A Relief Effort With Heart and Courage
By Dialogo April 01, 2010
Immediately following the earthquake, Costa Rica sent search and rescue
teams, engineers, doctors and emergency disaster relief experts to Haiti. The Costa
Rican Red Cross launched a nationwide campaign to collect donations in cash, food
and supplies. The donations, destined to aid more than 300,000 Haitians during the
next three years, will assist with the construction of temporary shelters, repairs
to water and sanitation facilities and in providing medical care for earthquake
Angeline Darthlelemy lay trapped beneath concrete and metal without food and
water for more than three days. The 3-year-old was staying at the Fontamara
orphanage when the earthquake hit. After she was trapped for 84 hours, firefighters
from El Salvador finally managed to pull her to safety. The next day, these same
firefighters saved another life when they pulled 55-year-old Jean Deni Voltaire from
the United Nations Stabilization Mission in Haiti, or MINUSTAH building. He had been
trapped for 115 hours.
When they finally returned to their country, these firefighters received a
hero’s welcome. This ceremony “is a tribute to our heroes who have served their
country honorably with their acts of courage,” said Humberto Centeno, El Salvador ’s
interior minister and head of the civil protection agency.
The government of El Salvador had a police contingent working with MINUSTAH,
and it sent additional police officers to support their efforts in the country
following the quake. The country also sent relief supplies including food, water and
Food supplies, building materials and search and rescue teams were deployed
by Honduras to Haiti.
The rescue teams used specialized electronic equipment to locate survivors,
working alongside emergency relief personnel sent from El Salvador and Guatemala.
Supplies were sent to the Dominican Republic, the initial staging ground for the
relief operation, before being distributed to earthquake victims in the neighboring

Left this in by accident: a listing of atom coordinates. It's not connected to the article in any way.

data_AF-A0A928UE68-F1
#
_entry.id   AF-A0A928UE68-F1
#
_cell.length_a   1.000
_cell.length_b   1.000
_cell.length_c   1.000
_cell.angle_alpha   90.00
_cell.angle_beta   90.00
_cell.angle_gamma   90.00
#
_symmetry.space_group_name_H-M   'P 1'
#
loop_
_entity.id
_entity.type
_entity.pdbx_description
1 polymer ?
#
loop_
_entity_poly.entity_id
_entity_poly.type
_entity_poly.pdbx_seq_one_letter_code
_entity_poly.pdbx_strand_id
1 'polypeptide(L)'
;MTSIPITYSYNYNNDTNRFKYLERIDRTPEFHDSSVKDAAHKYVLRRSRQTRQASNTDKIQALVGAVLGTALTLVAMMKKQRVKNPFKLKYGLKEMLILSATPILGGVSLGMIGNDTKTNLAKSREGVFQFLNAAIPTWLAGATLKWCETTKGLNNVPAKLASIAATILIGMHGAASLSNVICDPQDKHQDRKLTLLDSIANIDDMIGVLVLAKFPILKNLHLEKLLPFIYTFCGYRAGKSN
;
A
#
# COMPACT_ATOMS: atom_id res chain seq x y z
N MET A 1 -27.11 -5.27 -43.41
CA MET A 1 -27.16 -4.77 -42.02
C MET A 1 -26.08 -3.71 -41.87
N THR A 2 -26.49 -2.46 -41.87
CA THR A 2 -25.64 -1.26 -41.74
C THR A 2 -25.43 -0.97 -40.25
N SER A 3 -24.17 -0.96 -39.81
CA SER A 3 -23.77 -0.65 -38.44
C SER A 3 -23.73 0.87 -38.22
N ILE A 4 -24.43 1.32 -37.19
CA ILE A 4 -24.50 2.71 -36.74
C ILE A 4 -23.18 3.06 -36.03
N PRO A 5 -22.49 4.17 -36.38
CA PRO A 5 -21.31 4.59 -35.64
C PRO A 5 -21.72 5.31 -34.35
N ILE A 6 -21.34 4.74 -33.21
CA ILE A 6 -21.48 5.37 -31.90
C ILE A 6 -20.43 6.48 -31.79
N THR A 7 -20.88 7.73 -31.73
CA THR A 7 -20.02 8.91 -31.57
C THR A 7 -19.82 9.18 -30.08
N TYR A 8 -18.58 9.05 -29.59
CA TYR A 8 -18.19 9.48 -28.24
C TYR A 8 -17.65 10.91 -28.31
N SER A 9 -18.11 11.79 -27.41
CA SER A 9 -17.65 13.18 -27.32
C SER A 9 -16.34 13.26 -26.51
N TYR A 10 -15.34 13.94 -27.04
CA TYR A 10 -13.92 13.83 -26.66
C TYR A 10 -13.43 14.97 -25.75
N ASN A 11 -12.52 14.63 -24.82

The Honduran government also made donations to Haiti through the Red Cross
and sent medical personnel.
At the time of the quake, Panama held the interim presidency of the Central
American Integration System, the regional disaster response center, and it
coordinated government relief contributions to Haiti from all Central American
member states. An emergency operations center was established to manage the regional
humanitarian assistance effort and to assess the priorities for distributing aid.
Panama also sent rescue and medical teams and donated food and other relief
The search and rescue unit from the Civil Defense Brigade worked around the
clock digging through the rubble in Haiti. The team rescued one survivor who had
been trapped for 75 hours. The second survivor the unit found was trapped beneath
the rubble of a four-story building for 83 hours. After working nonstop for 18
hours, the brigade finally freed the victim, who was given the proper medical
attention. That brigade would go on to save two more lives due to their tireless
“This gives us an idea of the quality and courage of the Nicaraguans and the
heart they have to give in these difficult conditions,” said Gen. Mario Perezcassar,
Nicaragua’s Civil Defense chief. The Central American country also sent a large team
of army doctors and surgeons, who treated more than 12,000 earthquake victims.
The medical teams worked alongside counterparts sent by Cuba, Venezuela and
Guatemalans understand the pain that Haitians are going through, having
experienced an earthquake that killed more than 23,000 on Feb. 4, 1976. Guatemalans
donated food, water, medicine and relief supplies to distribution centers collecting
goods to send to Haiti. The government also opened its doors to allow 13 Haitians to
stay in Guatemala on humanitarian visas.
As one of two nations in Central America with troops deployed as peacekeepers
for MINUSTAH, the government immediately responded to the crisis by sending
additional troops to support their contingent in the country. Guatemalan search and
rescue teams deployed to Haiti were instrumental in finding survivors among the
Relief contributions made by private citizens, businesses and several church
organizations were channeled through the National Coordination Center for Natural
Disasters, where tons of food, water, medicine and tents for temporary shelters were
amassed for distribution. Guatemalan aid to Haiti was distributed locally in
conjunction with MINUSTAH personnel on the ground.
Guatemalan Military Police Adopt Aid Role
Guatemalan military personnel have been with the peacekeeping forces in Haiti
since 1998. When MINUSTAH was created in 2004, Guatemala was designated to form a
special 115-man contingent of military police in charge of discipline for all the
military contingents present in Haiti.
“We have jurisdiction throughout the country for incidents, accidents, and
enforcing regulations, as in any army, only that here our army is the U.N.,” said
Col. Moisés Vinicio Lima Conde, the Commander of the Guatemalan contingent.
Col. Conde said the tasks of his team were doubled after the earthquake
because in addition to the security they provide to MINUSTAH’s forces, assisting
with humanitarian aid also became a part of their role. “Despite the increase in the
burden, we do this work with a great deal of enthusiasm because we know that the
people need it. For example, we are practically the official escort for the hot-food
program organized by the Dominican Republic. Through this project, between 1,500 and
3,000 hot meals are served to the needy in Port-au-Prince every day,” Col. Conde